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I'm using GIT for my projects. Now I want to integrate it with github, so I created a remote:

git remote add github https://WouterJ@github.com/WouterJ/project.git

But now I need to fill in a password for fetching, something that I don't want. So I decided to use a different url for fetching:

git remote set-url github http://github.com/WouterJ/project.git
git remote set-url --push github https://WouterJ@github.com/WouterJ/project.git

If I run git remote -v I get this:

$ git remote -v
github  http://github.com/WouterJ/project.git (fetch)
github  https://WouterJ@github.com/WouterJ/project.git (push)
origin  http://github.com/WouterJ/project.git (fetch)
origin  http://github.com/WouterJ/project.git (push)

Exactly want I want, I thought. But when I do a push I need to fill in my Username. Why? If I push directly to the url if filled in it works perfectly:

git push https://WouterJ@github.com/WouterJ/project.git master

Works, but

git push github master

Won't work

I also used the git config to set a different push url:

git config remote.github.pushurl https://WouterJ@github.com/WouterJ/project.git

And if I get the pushurl from the config it looks like it is correct:

$ git config remote.github.pushurl

Also looking at the .git/config file it looks like everything is correct.

Am I missing something here? Is it a bug? I use Git1.7.4, is that wrong?

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2 Answers 2

up vote 2 down vote accepted

I have found how you can solve this, so to aswer my own question:

The trick is to upload to Git1.7.8 (or higher). Now you get this with the same settings and without a _netrc file:

$ git push github master
Password for 'https://WouterJ@github.com/':

$ git fetch github

So it looks like the bug is fixed in Git1.7.8 (Release Notes)

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Excellent. +1. I thought you were using Git1.7.4 (which is already higher than 1.7.0 though) –  VonC May 6 '12 at 20:18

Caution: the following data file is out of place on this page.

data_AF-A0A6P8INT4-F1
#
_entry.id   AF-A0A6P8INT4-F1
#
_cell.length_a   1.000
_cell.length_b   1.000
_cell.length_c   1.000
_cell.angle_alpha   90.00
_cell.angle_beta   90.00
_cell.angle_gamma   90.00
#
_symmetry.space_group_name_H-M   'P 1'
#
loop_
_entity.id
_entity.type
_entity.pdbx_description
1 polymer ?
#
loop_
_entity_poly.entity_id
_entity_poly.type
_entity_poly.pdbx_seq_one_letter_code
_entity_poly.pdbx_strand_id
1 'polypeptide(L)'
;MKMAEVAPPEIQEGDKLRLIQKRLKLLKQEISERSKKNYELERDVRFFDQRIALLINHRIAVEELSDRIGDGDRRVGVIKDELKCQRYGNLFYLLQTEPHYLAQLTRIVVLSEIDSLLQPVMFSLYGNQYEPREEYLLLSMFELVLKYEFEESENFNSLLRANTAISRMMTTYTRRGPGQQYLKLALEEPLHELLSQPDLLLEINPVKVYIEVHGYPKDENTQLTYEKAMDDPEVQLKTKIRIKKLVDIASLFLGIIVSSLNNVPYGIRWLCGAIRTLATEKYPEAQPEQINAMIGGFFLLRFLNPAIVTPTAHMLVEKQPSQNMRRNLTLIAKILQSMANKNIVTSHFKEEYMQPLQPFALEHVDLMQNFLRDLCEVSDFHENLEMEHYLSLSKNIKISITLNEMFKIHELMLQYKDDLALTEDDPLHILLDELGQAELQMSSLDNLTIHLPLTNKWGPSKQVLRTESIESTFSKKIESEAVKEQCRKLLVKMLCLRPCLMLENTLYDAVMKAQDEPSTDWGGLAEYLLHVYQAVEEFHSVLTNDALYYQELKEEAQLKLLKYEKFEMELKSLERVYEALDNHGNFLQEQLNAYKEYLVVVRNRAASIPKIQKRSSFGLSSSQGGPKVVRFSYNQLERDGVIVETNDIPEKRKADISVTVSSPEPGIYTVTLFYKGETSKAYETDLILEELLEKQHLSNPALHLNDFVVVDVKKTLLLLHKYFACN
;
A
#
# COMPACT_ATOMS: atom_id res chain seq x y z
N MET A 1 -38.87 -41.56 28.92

Wait, I have typed Git1.7.0 but mean Git1.7.10.1 (the latest stable release). Thank you, I will edit it –  Wouter J May 6 '12 at 20:22
Ok, now I get it ;) I was doing tests with 1.7.9 and 1.7.10 without being able to reproduce your issue, so that confirms it. –  VonC May 6 '12 at 20:28
@VonC, I have done some more research and it looks like this bug is fixed in 1.7.8 (Release Notes) –  Wouter J May 6 '12 at 20:36
Good catch. don't forget to accept your own answer here. –  VonC May 6 '12 at 21:43

The only missing piece, in order to push to an https GitHub address, is your ~/.netrc file (or %HOME%/_netrc file on Windows) with your GitHub credentials in it.

See "Git - How to use .netrc file on windows to save user and password".

machine github.com
login <login_github>
password <password_github>

See other settings at "Syncing with github".

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Thanks for your comment, but I don't want to save the password. The problem is when I use the url in the git push command I only need to typ the password. What is the difference between typing the url or using remotes pushurl? Do I understand the pushurl wrong? –  Wouter J May 5 '12 at 20:45
@WouterJ git remote set-url --push and git config remote.github.pushurl should be equivalent. Is it possible you have github defined in another config file (a global or system one, as opposed to your local config file)? –  VonC May 5 '12 at 21:08
Both techniques won't work. The url is saved in the correct file. If I change that url to a local repo it works and the url itself works, but the user SSH part of the pushurl won't work. I also don't know much about git add configs, so a global or system one? What do you mean? –  Wouter J May 5 '12 at 21:17
@WouterJ see for instance stackoverflow.com/questions/4310974/… –  VonC May 5 '12 at 23:03
if I typ git config --get-all remote.github.pushurl I get only the one I have set up for the project. So it looks like there is no github remote in another config file. I have solved it by using the _netrc file (but can I save only the username and not the password?) –  Wouter J May 6 '12 at 11:42

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